WFH NETWORK

Former CEO John E. Bournas hopes to have left a lasting mark

Although his tenure with the World Federation of Hemophilia (WFH) was brief, former CEO and executive director John E. Bournas has left a lasting impact on the organization and the community as a whole.

Since joining the organization in 2012, Bournas has led the WFH with a unique vision, on the one hand pushing industry partners to contribute more towards the WFH vision and on the other enabling the WFH and its members to reach out to the wider community and help the millions of people that still are undiagnosed and that go without treatment.

For Bournas it was always about the patient. “What initially drew me to the organization was clearly its capacity building and its humanitarian focus. I had always, for a very long period of my professional career, wanted to give back and to work in a patient-based organization; so when the opportunity arose I just decided to take it and be able to lend the professional skills I had developed along my career to leverage that to the benefit of patients.”

When Bournas joined the WFH in 2012 he found an organization that was meeting its mandate and doing so in an effective manner but there was room for improvement. “I think successful organizations are based on good communication, innovation and a lot of teamwork, so that’s what I attempted to do and hopefully I have been able to instill these values in the organization so that it may have that type of mentality going forward.”

Working in an organization that has access to essential medicines around the world at the forefront of its core values was a strong driver for him. Born in the developing world, Bournas spent a good amount of his life travelling and living around the world. He has borne witness to the imbalance in care that exists between developed and developing nations.

Coming to Fruition

When pressed to name one accomplishment that stands out for him, Bournas did not hesitate in mentioning the fruition of the recent humanitarian aid projects that were announced at the WFH 2014 World Congress and that were delivered through strong partnerships. Those projects are Project Recovery, the initiative between the WFH, the Canadian Hemophilia Society, Canadian Blood Services, and Biotest to take unused blood product and turn it into life-saving factor; Project Wish, the program developed by the Italian Centro Nazionale del Sangue that sees donated blood go directly to where it is needed most, plus the announcement of several major commitments by corporate partners that could see over 500 million IUs of factor go into the Humanitarian Aid Program.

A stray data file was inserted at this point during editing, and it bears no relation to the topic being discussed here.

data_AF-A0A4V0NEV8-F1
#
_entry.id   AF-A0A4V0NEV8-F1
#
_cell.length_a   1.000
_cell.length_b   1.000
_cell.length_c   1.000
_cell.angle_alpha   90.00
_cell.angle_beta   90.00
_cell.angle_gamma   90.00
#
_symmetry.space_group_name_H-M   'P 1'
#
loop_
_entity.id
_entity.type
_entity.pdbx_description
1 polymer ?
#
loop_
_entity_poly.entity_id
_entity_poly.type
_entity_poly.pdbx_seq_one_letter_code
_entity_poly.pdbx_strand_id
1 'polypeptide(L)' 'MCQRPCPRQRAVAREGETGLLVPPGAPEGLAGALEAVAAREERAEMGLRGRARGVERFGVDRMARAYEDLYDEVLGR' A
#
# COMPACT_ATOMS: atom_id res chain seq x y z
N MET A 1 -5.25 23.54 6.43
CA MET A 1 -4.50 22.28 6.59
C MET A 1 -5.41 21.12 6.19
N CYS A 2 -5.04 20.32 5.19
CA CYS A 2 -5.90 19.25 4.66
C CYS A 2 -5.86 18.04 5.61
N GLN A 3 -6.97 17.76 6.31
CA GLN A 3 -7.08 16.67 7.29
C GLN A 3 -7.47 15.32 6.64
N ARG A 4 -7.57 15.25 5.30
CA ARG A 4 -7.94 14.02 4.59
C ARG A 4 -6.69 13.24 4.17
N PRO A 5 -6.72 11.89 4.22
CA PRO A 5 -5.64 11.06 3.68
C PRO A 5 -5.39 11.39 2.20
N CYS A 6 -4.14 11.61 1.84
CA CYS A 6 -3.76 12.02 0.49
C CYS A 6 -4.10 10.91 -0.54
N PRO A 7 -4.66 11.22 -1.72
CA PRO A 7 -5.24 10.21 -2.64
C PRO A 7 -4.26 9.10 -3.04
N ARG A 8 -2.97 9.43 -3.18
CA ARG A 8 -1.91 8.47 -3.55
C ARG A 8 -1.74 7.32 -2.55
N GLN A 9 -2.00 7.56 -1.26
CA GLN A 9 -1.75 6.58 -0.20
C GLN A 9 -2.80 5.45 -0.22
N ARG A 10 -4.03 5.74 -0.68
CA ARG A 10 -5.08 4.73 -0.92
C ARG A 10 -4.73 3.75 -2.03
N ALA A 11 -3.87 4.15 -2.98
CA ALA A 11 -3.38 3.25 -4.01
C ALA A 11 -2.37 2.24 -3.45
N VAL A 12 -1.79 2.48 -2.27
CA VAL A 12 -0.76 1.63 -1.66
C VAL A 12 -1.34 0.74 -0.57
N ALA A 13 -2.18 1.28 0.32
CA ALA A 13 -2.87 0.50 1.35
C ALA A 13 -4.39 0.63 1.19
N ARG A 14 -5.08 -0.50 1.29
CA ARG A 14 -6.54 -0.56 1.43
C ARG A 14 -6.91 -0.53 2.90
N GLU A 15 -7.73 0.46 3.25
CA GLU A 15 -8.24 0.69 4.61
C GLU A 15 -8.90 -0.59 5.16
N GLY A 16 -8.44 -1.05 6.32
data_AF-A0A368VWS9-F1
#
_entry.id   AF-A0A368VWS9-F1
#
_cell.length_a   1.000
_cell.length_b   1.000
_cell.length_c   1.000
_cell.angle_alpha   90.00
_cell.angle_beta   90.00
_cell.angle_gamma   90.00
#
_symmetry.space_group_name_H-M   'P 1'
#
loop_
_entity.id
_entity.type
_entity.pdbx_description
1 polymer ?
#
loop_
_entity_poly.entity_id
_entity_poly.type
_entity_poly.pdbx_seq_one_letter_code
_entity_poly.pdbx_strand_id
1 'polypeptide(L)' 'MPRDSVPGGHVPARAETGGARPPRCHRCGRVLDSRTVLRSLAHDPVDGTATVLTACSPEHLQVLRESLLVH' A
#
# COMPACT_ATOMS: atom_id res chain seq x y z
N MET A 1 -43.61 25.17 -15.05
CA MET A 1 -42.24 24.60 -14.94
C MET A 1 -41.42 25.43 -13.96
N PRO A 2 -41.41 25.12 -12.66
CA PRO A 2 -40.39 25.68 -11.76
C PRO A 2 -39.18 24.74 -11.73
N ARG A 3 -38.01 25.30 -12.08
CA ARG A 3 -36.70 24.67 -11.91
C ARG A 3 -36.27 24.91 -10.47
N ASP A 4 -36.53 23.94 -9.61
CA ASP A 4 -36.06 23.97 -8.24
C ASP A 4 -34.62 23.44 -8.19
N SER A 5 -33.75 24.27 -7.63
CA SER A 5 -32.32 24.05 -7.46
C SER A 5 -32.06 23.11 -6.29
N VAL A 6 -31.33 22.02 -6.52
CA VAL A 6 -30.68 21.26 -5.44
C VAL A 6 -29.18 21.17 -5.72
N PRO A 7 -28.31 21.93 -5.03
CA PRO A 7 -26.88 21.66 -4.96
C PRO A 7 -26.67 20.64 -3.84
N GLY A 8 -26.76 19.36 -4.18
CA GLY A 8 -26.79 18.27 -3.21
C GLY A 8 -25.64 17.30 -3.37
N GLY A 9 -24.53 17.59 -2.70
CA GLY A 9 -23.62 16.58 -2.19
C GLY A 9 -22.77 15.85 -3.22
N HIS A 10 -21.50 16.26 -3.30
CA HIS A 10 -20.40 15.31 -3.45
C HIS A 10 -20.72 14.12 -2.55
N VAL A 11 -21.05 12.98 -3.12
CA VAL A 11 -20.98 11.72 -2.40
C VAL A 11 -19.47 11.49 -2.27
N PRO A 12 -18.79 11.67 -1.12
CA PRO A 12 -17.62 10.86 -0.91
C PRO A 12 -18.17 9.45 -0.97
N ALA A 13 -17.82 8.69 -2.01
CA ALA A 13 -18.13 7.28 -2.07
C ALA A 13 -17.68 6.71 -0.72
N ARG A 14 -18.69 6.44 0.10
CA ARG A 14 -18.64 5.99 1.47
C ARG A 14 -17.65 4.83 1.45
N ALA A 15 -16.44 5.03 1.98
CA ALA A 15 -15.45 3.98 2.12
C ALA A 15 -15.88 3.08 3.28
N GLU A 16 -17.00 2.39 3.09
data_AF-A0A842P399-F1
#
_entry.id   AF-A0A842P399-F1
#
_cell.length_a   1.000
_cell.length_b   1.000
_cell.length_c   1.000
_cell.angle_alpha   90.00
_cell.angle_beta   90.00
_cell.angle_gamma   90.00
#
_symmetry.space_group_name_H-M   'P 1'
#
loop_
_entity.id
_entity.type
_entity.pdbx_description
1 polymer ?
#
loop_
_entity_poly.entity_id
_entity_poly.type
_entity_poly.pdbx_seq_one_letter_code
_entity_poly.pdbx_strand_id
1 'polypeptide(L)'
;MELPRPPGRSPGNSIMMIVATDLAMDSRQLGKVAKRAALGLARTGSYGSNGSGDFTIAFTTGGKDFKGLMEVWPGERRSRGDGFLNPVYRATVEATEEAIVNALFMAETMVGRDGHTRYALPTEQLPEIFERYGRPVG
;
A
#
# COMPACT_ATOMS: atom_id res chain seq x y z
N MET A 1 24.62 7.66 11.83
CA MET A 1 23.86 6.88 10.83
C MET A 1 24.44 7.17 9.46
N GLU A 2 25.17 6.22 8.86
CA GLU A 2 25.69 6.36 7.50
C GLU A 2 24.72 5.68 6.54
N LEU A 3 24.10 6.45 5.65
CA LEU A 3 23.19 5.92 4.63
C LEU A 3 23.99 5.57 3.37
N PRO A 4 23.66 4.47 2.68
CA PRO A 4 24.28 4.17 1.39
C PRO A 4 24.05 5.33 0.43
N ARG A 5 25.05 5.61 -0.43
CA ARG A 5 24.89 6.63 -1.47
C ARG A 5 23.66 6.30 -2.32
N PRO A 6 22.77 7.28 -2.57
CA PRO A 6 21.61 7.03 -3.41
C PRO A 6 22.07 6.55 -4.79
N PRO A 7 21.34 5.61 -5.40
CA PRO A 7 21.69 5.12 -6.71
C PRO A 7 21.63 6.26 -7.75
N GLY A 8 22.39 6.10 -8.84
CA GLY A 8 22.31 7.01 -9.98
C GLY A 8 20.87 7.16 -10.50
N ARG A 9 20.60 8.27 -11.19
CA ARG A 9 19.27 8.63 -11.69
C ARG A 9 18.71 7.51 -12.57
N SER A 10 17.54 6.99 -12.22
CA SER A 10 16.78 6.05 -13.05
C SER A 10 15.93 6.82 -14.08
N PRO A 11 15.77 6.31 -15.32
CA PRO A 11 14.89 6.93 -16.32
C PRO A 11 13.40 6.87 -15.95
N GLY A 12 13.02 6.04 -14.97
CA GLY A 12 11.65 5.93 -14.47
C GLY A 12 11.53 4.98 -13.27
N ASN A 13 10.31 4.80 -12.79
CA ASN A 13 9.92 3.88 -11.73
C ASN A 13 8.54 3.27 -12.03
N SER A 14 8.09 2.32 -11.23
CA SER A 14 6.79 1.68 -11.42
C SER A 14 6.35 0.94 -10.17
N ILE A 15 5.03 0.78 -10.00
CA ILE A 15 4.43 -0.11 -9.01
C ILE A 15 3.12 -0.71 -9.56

“I think if 20 years from now a mother in a developing world has children with hemophilia and they are able to hold them, embrace them, and to think that 20 years prior there was a group of people in Montréal that decided to work on this, decided to make this project a reality so those children could have the medications they need, I think I would be happy with that,” said Bournas. “That gives me a lot of personal satisfaction and the reassurance that the time I have worked here with this group of people has been truly meaningful.”

His biggest regret as CEO of the WFH comes in not being able to get out of the office more and meet the people that make up the global community of the WFH. Bournas looks back on the times when he was able to visit a national member organization with affection and a strong sense of the reality of the conditions those with bleeding disorders must face on a daily basis. “It really had an impact on me as a person; and as a professional it just kind of reaffirmed the fact that if more treatment is extended to people, they can lead normal lives.”

Although he leaves the WFH, in his nearly three-year tenure as executive director and CEO, Bournas has strengthened the core of the organization and grown its ability to meet the vision of treatment for all, helped bring about the WFH’s Research Program, increased the donations to the Humanitarian Aid Program ten-fold, pushed for a greater focus on youth and women with bleeding disorders and delivered a balanced budget in 2013, bringing the WFH to its first ever $5 million revenue milestone in one annual year.

A Final Thought

All great accomplishments to leave behind with a head held high.

“I am very grateful for the opportunity that has been given to me. I am very thankful for the friendships that I have established. I would like to keep reciprocating the kindness that has been shown to me by many people with inherited bleeding disorders around the world. I am thankful for all the dreams they have shared with me, the hopes, and their wishes for improved living conditions for themselves, their family members. I will still be working in the field of drug shortages, I won’t be that far, and I will still have the patient view and the patient perspective in mind. The advocacy will continue.”